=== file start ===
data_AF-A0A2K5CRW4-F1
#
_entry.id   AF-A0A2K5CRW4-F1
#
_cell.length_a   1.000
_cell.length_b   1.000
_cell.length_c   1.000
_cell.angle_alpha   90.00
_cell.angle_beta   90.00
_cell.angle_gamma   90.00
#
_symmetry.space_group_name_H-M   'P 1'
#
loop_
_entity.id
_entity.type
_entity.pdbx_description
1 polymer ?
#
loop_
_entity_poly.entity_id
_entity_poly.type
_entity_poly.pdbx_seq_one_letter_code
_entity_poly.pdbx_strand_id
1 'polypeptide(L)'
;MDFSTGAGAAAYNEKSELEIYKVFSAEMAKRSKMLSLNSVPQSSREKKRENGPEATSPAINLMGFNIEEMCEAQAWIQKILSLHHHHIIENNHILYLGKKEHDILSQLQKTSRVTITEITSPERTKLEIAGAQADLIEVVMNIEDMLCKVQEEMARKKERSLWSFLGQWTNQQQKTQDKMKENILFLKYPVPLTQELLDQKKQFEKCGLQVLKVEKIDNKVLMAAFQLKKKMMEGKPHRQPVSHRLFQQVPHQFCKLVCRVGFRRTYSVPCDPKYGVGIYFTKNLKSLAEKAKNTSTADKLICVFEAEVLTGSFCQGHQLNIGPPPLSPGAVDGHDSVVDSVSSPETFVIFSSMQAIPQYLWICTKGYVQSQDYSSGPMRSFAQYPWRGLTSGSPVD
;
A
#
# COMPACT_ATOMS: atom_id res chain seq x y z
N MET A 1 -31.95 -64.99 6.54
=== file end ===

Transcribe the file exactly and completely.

data_AF-A0A2K5CRW4-F1
#
_entry.id   AF-A0A2K5CRW4-F1
#
_cell.length_a   1.000
_cell.length_b   1.000
_cell.length_c   1.000
_cell.angle_alpha   90.00
_cell.angle_beta   90.00
_cell.angle_gamma   90.00
#
_symmetry.space_group_name_H-M   'P 1'
#
loop_
_entity.id
_entity.type
_entity.pdbx_description
1 polymer ?
#
loop_
_entity_poly.entity_id
_entity_poly.type
_entity_poly.pdbx_seq_one_letter_code
_entity_poly.pdbx_strand_id
1 'polypeptide(L)'
;MDFSTGAGAAAYNEKSELEIYKVFSAEMAKRSKMLSLNSVPQSSREKKRENGPEATSPAINLMGFNIEEMCEAQAWIQKILSLHHHHIIENNHILYLGKKEHDILSQLQKTSRVTITEITSPERTKLEIAGAQADLIEVVMNIEDMLCKVQEEMARKKERSLWSFLGQWTNQQQKTQDKMKENILFLKYPVPLTQELLDQKKQFEKCGLQVLKVEKIDNKVLMAAFQLKKKMMEGKPHRQPVSHRLFQQVPHQFCKLVCRVGFRRTYSVPCDPKYGVGIYFTKNLKSLAEKAKNTSTADKLICVFEAEVLTGSFCQGHQLNIGPPPLSPGAVDGHDSVVDSVSSPETFVIFSSMQAIPQYLWICTKGYVQSQDYSSGPMRSFAQYPWRGLTSGSPVD
;
A
#
# COMPACT_ATOMS: atom_id res chain seq x y z
N MET A 1 -31.95 -64.99 6.54